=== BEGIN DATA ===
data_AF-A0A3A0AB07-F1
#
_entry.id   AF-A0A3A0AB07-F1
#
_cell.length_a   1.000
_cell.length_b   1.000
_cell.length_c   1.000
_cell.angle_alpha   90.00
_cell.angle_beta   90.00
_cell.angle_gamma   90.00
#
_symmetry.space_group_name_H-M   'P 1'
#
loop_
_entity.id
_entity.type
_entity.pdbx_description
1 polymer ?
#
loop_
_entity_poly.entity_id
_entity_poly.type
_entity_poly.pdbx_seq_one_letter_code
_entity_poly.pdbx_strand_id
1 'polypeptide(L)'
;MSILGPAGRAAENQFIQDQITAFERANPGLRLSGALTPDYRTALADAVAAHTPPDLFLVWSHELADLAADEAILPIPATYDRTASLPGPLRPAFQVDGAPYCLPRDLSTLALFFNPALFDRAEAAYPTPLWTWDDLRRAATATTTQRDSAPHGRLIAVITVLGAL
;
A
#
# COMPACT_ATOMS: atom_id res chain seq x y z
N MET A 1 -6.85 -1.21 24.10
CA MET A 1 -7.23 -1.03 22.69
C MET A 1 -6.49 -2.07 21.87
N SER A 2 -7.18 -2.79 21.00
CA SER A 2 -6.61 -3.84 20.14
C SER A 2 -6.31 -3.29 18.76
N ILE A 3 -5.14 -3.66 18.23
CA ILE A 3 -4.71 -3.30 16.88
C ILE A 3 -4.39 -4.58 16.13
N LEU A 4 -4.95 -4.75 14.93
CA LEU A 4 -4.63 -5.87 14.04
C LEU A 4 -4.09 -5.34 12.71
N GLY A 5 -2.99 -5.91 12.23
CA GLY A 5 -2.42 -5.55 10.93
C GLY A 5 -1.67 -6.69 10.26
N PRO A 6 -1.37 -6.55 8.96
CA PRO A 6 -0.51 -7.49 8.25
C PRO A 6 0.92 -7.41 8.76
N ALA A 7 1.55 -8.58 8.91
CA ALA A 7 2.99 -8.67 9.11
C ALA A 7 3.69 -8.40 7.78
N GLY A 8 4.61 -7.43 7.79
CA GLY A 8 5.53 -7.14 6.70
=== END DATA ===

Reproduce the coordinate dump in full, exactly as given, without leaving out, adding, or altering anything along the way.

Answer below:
data_AF-A0A3A0AB07-F1
#
_entry.id   AF-A0A3A0AB07-F1
#
_cell.length_a   1.000
_cell.length_b   1.000
_cell.length_c   1.000
_cell.angle_alpha   90.00
_cell.angle_beta   90.00
_cell.angle_gamma   90.00
#
_symmetry.space_group_name_H-M   'P 1'
#
loop_
_entity.id
_entity.type
_entity.pdbx_description
1 polymer ?
#
loop_
_entity_poly.entity_id
_entity_poly.type
_entity_poly.pdbx_seq_one_letter_code
_entity_poly.pdbx_strand_id
1 'polypeptide(L)'
;MSILGPAGRAAENQFIQDQITAFERANPGLRLSGALTPDYRTALADAVAAHTPPDLFLVWSHELADLAADEAILPIPATYDRTASLPGPLRPAFQVDGAPYCLPRDLSTLALFFNPALFDRAEAAYPTPLWTWDDLRRAATATTTQRDSAPHGRLIAVITVLGAL
;
A
#
# COMPACT_ATOMS: atom_id res chain seq x y z
N MET A 1 -6.85 -1.21 24.10
CA MET A 1 -7.23 -1.03 22.69
C MET A 1 -6.49 -2.07 21.87
N SER A 2 -7.18 -2.79 21.00
CA SER A 2 -6.61 -3.84 20.14
C SER A 2 -6.31 -3.29 18.76
N ILE A 3 -5.14 -3.66 18.23
CA ILE A 3 -4.71 -3.30 16.88
C ILE A 3 -4.39 -4.58 16.13
N LEU A 4 -4.95 -4.75 14.93
CA LEU A 4 -4.63 -5.87 14.04
C LEU A 4 -4.09 -5.34 12.71
N GLY A 5 -2.99 -5.91 12.23
CA GLY A 5 -2.42 -5.55 10.93
C GLY A 5 -1.67 -6.69 10.26
N PRO A 6 -1.37 -6.55 8.96
CA PRO A 6 -0.51 -7.49 8.25
C PRO A 6 0.92 -7.41 8.76
N ALA A 7 1.55 -8.58 8.91
CA ALA A 7 2.99 -8.67 9.11
C ALA A 7 3.69 -8.40 7.78
N GLY A 8 4.61 -7.43 7.79
CA GLY A 8 5.53 -7.14 6.70